We first see Prof. Sharpey, a well-regarded research scientist at Oxford, looking dazed on a train station platform. In a train compartment, he still seems out of it, and eventually he throws himself off the train and is killed. It turns out that government agent Hall (John Clements) suspected him of being a spy, and Sharpey had a satchel full of money with him on the train, so Hall questions Sharpey's colleague Longman (Dirk Bogarde); the two had been working on sensory deprivation experiments where a subject is immersed in a tank of warm water and shut off from all sight, sound, and touch for hours at a time. Longman believes that rather than espionage, Sharpey was behaving strangely because of the "reduction of sensation" trials. One scientist, in filmed testimony, was heard in the tank babbling about seeing angels, and Longman himself says their experiments are concerned with "physics of the soul." Longman agrees to be put in the tank himself so Hall can observe, but Hall colludes with Longman's friend and assistant Tate (Michael Bryant) and the two attempt to brainwash Longman just to see if it can be done. When he comes out of the tank in a weakened mental state, they plant a hypnotic suggestion in his mind: that he finds his wife repulsive and has never really loved her. Six months later, unfortunately, the brainwashing has worked too well.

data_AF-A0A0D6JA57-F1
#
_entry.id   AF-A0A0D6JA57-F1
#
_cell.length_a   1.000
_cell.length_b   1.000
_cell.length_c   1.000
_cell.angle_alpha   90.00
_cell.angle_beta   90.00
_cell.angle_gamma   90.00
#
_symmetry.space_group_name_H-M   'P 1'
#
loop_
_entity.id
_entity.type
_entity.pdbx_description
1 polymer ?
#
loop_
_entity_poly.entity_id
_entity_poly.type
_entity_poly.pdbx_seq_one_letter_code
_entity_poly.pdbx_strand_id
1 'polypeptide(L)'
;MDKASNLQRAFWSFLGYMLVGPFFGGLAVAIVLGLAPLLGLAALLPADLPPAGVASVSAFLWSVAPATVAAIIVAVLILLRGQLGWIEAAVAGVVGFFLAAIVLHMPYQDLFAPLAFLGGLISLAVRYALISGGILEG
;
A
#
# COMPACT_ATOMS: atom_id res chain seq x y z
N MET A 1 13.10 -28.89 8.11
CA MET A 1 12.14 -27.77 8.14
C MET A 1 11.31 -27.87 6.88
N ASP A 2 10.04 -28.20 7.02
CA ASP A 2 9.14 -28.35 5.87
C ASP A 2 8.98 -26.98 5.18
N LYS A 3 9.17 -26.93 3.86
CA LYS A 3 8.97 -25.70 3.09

Don’t let the title or advertising fool you—this is not a movie about recreational drugs, and though technically it could be considered science fiction, its traditional sci-fi elements are minimal. It winds up being a cross between "Who's Afraid of Virginia Woolf" and "The Manchurian Candidate"; an interesting if stagy marital melodrama, fueled by the brainwashing experiments. Though the set-up is plausible, what is not plausible, and comes close to ruining the movie for me, is that Longman's friend Tate would not have realized in six months time that the hypnotic suggestion had worked. The last third of the film, set at a drunken party at which all the principal figures, including Longman's pregnant wife (Mary Ure) and his current mistress, come together, is basically a long night's journey into day in which the damage that the experiment has done finally comes to light. This whole thing winds up feeling misguided—either more personal backstory or more science-fiction (at times it feels like an early version of ALTERED STATES) might have make things gel better. Bogarde is a bit too intense, though Bryant and Ure are fine. Not particularly believable or compelling; though not awful, this can be skipped. Pictured are Bogarde and Bryant. [TCM]